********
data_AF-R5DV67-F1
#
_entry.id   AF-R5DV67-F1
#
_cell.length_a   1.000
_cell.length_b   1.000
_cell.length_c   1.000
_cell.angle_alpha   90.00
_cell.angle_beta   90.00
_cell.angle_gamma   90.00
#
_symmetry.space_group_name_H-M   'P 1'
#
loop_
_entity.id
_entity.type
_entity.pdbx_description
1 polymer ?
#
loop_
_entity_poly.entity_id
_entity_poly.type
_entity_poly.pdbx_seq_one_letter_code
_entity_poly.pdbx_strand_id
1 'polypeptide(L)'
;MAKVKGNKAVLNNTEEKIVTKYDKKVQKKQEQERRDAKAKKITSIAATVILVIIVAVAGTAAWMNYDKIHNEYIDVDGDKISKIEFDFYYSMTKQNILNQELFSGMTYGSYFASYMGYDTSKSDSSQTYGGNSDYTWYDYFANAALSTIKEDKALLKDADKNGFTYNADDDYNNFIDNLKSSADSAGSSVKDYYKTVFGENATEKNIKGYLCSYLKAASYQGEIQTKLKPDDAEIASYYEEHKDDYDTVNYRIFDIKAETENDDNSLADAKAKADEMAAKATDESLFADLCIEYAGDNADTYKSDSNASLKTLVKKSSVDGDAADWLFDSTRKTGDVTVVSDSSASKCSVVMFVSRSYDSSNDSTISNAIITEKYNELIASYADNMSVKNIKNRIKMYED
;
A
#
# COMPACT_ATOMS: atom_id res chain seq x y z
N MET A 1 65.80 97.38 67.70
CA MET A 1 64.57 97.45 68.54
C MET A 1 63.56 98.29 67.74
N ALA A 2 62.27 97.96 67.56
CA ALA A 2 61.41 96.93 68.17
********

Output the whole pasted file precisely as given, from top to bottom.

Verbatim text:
data_AF-R5DV67-F1
#
_entry.id   AF-R5DV67-F1
#
_cell.length_a   1.000
_cell.length_b   1.000
_cell.length_c   1.000
_cell.angle_alpha   90.00
_cell.angle_beta   90.00
_cell.angle_gamma   90.00
#
_symmetry.space_group_name_H-M   'P 1'
#
loop_
_entity.id
_entity.type
_entity.pdbx_description
1 polymer ?
#
loop_
_entity_poly.entity_id
_entity_poly.type
_entity_poly.pdbx_seq_one_letter_code
_entity_poly.pdbx_strand_id
1 'polypeptide(L)'
;MAKVKGNKAVLNNTEEKIVTKYDKKVQKKQEQERRDAKAKKITSIAATVILVIIVAVAGTAAWMNYDKIHNEYIDVDGDKISKIEFDFYYSMTKQNILNQELFSGMTYGSYFASYMGYDTSKSDSSQTYGGNSDYTWYDYFANAALSTIKEDKALLKDADKNGFTYNADDDYNNFIDNLKSSADSAGSSVKDYYKTVFGENATEKNIKGYLCSYLKAASYQGEIQTKLKPDDAEIASYYEEHKDDYDTVNYRIFDIKAETENDDNSLADAKAKADEMAAKATDESLFADLCIEYAGDNADTYKSDSNASLKTLVKKSSVDGDAADWLFDSTRKTGDVTVVSDSSASKCSVVMFVSRSYDSSNDSTISNAIITEKYNELIASYADNMSVKNIKNRIKMYED
;
A
#
# COMPACT_ATOMS: atom_id res chain seq x y z
N MET A 1 65.80 97.38 67.70
CA MET A 1 64.57 97.45 68.54
C MET A 1 63.56 98.29 67.74
N ALA A 2 62.27 97.96 67.56
CA ALA A 2 61.41 96.93 68.17